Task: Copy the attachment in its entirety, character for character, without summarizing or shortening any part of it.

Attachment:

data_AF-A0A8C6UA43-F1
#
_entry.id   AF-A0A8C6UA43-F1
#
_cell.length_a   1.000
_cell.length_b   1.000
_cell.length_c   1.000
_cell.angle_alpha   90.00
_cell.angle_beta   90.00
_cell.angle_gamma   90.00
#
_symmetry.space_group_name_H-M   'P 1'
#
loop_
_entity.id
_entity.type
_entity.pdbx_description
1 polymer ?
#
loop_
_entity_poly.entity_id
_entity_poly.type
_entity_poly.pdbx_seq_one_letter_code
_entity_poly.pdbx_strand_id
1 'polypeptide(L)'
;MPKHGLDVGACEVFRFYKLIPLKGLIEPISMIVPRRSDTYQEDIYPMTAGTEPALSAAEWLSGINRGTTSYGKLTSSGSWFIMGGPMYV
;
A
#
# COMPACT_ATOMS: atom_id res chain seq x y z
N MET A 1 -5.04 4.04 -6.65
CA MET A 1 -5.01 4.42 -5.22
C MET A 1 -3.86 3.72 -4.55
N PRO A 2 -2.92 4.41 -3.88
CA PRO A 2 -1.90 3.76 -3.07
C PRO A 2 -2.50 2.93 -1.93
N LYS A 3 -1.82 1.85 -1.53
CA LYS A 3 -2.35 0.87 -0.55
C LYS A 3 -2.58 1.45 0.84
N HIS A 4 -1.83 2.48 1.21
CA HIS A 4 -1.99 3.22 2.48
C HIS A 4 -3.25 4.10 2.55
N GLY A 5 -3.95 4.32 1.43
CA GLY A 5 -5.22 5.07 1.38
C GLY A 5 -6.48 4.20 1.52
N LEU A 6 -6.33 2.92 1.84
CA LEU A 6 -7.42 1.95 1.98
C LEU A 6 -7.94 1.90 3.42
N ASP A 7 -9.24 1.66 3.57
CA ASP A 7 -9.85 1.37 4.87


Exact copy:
data_AF-A0A8C6UA43-F1
#
_entry.id   AF-A0A8C6UA43-F1
#
_cell.length_a   1.000
_cell.length_b   1.000
_cell.length_c   1.000
_cell.angle_alpha   90.00
_cell.angle_beta   90.00
_cell.angle_gamma   90.00
#
_symmetry.space_group_name_H-M   'P 1'
#
loop_
_entity.id
_entity.type
_entity.pdbx_description
1 polymer ?
#
loop_
_entity_poly.entity_id
_entity_poly.type
_entity_poly.pdbx_seq_one_letter_code
_entity_poly.pdbx_strand_id
1 'polypeptide(L)'
;MPKHGLDVGACEVFRFYKLIPLKGLIEPISMIVPRRSDTYQEDIYPMTAGTEPALSAAEWLSGINRGTTSYGKLTSSGSWFIMGGPMYV
;
A
#
# COMPACT_ATOMS: atom_id res chain seq x y z
N MET A 1 -5.04 4.04 -6.65
CA MET A 1 -5.01 4.42 -5.22
C MET A 1 -3.86 3.72 -4.55
N PRO A 2 -2.92 4.41 -3.88
CA PRO A 2 -1.90 3.76 -3.07
C PRO A 2 -2.50 2.93 -1.93
N LYS A 3 -1.82 1.85 -1.53
CA LYS A 3 -2.35 0.87 -0.55
C LYS A 3 -2.58 1.45 0.84
N HIS A 4 -1.83 2.48 1.21
CA HIS A 4 -1.99 3.22 2.48
C HIS A 4 -3.25 4.10 2.55
N GLY A 5 -3.95 4.32 1.43
CA GLY A 5 -5.22 5.07 1.38
C GLY A 5 -6.48 4.20 1.52
N LEU A 6 -6.33 2.92 1.84
CA LEU A 6 -7.42 1.95 1.98
C LEU A 6 -7.94 1.90 3.42
N ASP A 7 -9.24 1.66 3.57
CA ASP A 7 -9.85 1.37 4.87